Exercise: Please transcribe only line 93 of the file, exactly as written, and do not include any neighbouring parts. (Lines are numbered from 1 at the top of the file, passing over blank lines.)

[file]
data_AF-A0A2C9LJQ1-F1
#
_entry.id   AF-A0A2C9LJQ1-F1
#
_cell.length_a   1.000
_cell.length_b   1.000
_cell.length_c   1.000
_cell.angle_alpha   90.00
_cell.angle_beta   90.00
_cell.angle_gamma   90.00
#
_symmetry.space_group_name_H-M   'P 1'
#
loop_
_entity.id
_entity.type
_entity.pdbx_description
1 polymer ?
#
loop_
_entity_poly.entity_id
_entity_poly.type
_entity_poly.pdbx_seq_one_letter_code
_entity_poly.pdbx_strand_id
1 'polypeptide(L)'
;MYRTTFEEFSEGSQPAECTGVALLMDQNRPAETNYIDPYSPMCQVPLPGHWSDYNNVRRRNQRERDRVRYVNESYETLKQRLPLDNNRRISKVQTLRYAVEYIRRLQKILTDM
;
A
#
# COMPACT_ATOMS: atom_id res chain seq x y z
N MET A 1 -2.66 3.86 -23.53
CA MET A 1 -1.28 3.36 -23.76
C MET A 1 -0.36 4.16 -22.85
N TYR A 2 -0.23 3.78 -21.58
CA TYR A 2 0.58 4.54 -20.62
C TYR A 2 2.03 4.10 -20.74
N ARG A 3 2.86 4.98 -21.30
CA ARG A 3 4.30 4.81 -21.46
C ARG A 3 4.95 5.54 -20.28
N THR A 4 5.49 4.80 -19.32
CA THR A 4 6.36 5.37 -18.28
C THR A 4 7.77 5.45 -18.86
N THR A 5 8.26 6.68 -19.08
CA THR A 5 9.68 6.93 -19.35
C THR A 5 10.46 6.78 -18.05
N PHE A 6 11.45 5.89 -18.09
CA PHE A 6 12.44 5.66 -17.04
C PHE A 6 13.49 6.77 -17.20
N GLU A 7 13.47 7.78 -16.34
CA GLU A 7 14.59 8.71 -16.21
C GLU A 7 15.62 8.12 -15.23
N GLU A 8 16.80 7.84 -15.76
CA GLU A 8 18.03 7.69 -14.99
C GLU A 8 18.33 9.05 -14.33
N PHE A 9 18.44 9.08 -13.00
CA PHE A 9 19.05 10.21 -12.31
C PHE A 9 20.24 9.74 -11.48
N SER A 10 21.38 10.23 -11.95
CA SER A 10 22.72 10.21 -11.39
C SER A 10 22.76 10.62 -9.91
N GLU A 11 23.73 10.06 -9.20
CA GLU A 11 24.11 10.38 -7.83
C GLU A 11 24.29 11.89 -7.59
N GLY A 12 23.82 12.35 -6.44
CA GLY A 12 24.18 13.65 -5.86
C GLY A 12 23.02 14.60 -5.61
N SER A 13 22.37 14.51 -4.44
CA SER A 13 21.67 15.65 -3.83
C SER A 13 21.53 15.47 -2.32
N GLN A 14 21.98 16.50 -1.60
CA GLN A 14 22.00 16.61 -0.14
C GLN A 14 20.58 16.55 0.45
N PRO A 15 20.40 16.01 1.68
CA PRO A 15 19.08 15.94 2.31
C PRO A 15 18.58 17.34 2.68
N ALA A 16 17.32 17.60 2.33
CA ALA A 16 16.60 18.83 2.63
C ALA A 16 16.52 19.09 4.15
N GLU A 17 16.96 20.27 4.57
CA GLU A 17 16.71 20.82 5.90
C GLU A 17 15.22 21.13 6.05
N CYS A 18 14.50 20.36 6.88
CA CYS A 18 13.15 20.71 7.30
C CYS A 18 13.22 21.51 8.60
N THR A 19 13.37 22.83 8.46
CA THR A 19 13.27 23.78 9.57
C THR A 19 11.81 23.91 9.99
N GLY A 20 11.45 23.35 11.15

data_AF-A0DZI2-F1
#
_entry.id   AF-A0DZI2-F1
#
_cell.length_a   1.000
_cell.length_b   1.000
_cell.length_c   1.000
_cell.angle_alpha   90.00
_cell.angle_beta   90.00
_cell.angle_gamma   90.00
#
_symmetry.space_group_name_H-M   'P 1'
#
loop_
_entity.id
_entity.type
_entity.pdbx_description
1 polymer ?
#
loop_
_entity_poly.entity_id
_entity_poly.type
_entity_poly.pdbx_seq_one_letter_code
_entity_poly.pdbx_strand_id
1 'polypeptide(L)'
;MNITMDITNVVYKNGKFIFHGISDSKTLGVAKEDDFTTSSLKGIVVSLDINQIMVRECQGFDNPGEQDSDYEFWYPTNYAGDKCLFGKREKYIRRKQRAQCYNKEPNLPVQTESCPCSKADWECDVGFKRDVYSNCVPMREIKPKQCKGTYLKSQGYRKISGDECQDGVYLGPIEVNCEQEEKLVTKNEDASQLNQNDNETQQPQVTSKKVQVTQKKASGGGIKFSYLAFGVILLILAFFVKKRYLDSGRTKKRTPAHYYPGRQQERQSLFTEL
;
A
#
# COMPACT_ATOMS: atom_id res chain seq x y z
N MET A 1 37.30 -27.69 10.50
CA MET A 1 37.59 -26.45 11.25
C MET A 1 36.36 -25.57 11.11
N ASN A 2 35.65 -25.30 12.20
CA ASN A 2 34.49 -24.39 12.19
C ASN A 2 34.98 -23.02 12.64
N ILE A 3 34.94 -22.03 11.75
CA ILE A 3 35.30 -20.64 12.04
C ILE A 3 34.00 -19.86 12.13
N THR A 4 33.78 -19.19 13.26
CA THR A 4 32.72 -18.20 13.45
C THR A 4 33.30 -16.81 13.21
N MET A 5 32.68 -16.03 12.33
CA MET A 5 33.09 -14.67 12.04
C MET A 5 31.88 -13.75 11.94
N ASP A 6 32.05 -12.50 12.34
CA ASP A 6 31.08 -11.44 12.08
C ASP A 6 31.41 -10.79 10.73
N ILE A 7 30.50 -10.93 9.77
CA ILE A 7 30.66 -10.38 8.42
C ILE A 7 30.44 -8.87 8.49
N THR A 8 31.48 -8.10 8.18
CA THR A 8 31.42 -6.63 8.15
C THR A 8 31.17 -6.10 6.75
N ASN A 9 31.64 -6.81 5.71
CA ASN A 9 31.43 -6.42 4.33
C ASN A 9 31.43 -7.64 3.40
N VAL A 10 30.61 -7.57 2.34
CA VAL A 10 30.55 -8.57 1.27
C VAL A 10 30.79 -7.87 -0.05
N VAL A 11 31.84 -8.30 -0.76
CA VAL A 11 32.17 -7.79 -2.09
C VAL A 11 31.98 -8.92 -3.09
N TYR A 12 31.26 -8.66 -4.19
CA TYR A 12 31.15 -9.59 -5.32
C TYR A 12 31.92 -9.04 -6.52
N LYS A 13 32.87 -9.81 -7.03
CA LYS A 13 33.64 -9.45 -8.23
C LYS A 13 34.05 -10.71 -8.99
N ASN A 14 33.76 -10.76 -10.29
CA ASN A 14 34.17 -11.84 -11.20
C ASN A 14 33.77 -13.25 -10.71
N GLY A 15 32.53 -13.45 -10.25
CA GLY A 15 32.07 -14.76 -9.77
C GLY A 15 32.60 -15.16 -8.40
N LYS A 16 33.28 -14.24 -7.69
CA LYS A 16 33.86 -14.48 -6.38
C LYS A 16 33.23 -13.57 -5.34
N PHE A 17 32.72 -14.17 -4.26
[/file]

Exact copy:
_cell.length_a   1.000